Results from field samples comparing HVT replication in turkeys vaccinated in-ovo or subcutaneously were discussed by Dr Clark at the meeting.
Atypical Turkey Newcastle Disease in the Upper Midwest. Part I. Field Experiences
Mild or lentogenic strains of APMV-1 (Newcastle Disease virus) are capable of causing significant respiratory disease in susceptible turkey populations, reported Andre F. Ziegler of the University of Minnesota. Between 2008 and 2012, a lentogenic APMV-1 virus infection was diagnosed in 150 commercial turkey cases in the upper Midwest. Initially, starting in a defined geographic area, this disease was eventually identified in multiple areas in the upper Midwest.
Protective vaccination regimens varied, he said, but predominating protocols were seemingly ineffective in preventing respiratory disease and mortality in affected turkey poults. Cumulative mortality associated with respiratory disease in these cases was as high as 50 per cent but more typically 10 to 20 per cent of affected flocks.
Multiple co-pathogens were typically associated with flocks exhibiting severe disease. Sequencing of the viral genome, performed at the USDA-NVSL, identified two lineages of atypical APMV-1 agents over this time, Dr Ziegler added.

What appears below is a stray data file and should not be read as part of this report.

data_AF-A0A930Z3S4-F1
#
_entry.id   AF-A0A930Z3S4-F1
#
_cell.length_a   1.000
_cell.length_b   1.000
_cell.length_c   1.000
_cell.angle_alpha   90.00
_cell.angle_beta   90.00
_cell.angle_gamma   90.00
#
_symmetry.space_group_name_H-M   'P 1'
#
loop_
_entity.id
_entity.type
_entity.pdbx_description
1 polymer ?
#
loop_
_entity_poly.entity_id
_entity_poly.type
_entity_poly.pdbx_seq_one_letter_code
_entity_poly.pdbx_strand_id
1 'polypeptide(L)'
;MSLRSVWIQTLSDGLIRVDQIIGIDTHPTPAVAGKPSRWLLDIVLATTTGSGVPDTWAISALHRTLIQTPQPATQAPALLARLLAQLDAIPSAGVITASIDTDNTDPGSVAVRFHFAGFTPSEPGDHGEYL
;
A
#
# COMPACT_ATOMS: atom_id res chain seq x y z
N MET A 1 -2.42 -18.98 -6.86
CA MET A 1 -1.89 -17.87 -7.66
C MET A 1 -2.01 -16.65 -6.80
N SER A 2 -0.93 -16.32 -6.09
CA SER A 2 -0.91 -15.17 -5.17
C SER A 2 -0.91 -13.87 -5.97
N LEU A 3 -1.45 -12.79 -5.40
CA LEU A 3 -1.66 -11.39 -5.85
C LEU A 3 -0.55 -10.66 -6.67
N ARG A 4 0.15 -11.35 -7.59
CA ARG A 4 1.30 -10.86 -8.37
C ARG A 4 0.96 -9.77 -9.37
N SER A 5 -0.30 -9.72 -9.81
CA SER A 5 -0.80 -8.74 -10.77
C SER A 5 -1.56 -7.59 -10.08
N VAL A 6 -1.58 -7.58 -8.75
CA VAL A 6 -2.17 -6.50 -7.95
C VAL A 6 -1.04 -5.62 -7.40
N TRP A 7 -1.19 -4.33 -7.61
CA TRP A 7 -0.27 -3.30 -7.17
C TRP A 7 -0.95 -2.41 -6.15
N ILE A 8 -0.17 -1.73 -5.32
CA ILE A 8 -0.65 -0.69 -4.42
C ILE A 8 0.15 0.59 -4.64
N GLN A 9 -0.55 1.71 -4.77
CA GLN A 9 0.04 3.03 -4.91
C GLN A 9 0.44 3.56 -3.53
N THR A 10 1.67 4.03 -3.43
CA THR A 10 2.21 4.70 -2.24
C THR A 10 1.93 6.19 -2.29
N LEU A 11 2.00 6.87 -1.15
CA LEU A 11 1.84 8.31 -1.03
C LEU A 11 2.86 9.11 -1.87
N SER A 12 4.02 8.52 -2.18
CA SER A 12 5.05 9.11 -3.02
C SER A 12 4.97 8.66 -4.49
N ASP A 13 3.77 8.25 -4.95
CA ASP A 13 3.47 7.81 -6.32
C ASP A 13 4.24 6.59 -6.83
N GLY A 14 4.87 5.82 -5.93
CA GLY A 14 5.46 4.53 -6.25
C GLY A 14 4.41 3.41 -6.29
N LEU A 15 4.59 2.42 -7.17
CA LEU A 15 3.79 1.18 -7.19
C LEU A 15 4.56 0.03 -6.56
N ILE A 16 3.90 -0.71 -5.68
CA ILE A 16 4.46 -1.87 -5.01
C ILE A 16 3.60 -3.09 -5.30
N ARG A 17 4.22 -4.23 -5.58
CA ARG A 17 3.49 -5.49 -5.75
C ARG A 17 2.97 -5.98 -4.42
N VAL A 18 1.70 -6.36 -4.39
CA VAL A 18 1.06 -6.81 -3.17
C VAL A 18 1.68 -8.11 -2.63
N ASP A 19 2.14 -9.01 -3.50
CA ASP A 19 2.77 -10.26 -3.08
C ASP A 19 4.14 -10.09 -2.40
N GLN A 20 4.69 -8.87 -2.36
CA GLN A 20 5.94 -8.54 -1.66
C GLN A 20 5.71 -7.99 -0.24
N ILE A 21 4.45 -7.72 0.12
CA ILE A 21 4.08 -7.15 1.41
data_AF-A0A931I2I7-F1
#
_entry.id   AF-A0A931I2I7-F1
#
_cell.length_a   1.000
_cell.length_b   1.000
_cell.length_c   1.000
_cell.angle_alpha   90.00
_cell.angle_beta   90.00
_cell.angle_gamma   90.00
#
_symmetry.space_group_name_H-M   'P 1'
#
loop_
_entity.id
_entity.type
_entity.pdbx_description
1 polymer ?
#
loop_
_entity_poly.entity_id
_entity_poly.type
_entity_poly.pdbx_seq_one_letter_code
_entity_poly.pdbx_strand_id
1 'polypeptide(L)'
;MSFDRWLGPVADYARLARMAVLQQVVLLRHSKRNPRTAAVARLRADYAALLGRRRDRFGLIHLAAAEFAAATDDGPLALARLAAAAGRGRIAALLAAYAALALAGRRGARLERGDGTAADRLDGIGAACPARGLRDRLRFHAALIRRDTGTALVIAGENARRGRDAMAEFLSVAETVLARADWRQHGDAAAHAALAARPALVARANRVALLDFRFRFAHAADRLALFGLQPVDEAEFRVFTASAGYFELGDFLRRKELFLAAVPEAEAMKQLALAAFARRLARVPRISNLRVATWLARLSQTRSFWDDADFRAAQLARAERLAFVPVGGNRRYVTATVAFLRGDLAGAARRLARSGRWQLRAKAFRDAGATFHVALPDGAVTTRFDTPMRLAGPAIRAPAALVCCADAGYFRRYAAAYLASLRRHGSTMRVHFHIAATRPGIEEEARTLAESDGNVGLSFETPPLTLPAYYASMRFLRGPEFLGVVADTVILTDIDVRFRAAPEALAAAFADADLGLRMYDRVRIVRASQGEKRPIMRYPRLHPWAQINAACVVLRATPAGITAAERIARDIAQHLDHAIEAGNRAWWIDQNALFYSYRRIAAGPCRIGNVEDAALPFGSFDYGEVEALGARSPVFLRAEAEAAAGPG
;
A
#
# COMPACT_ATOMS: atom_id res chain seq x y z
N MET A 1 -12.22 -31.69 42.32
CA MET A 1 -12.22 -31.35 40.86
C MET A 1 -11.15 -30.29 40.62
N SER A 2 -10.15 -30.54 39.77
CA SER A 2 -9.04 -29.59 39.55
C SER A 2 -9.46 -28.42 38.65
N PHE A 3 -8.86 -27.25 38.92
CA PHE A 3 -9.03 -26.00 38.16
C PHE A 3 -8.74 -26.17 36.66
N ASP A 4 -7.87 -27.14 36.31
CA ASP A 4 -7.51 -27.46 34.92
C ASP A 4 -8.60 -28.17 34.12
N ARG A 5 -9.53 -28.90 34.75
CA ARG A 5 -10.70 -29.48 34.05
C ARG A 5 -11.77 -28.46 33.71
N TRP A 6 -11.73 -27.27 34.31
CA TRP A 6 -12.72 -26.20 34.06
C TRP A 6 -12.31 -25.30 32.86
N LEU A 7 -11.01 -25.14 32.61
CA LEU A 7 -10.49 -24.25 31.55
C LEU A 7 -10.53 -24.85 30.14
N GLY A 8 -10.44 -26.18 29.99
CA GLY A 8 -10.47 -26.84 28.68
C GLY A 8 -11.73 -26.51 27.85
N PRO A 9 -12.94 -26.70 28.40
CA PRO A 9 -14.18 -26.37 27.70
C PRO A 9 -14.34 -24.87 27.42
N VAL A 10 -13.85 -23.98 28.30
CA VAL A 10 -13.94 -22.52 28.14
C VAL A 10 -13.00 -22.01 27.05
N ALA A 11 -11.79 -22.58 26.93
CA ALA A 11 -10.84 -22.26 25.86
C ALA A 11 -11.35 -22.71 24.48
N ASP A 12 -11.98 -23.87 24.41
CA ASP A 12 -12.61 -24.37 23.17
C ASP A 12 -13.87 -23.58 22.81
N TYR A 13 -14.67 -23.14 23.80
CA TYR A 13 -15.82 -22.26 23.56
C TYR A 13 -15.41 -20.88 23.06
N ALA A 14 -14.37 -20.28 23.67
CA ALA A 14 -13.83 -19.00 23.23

Atypical Turkey Newcastle Disease in the Upper Midwest. Part II. Virus Characterisation and Vaccinal Protection
In a related presentation, Mary Lea Killian of the National Veterinary Services Laboratories in Ames, Iowa, also reported that since 2008, atypical APMV-1 viruses have been circulating in turkey flocks in the Upper Midwest region of the United States.
Characterisation of the viruses by OIE standard methods classifies these atypical viruses as low virulent (ICPI<0.7). The isolates do not have the multiple basic amino acid motif to be characterised as virulent NDV but they do have phenylalanine at position 117, a characteristic normally found only in virulent NDV.
Analysis of the amino acid sequence of the fusion protein indicates the viruses are more closely related to wild bird APMV-1 viruses than virulent NDV viruses.
Commercial flocks infected with these viruses show increased mortality, however, co-infection with other bacterial respiratory pathogens is common. In addition, commercial flocks are vaccinated with one or more commercial vaccine products.
Molecular and biological characterisation of the viruses were discussed by Dr Killian, as were vaccine protection studies performed with different vaccine combinations.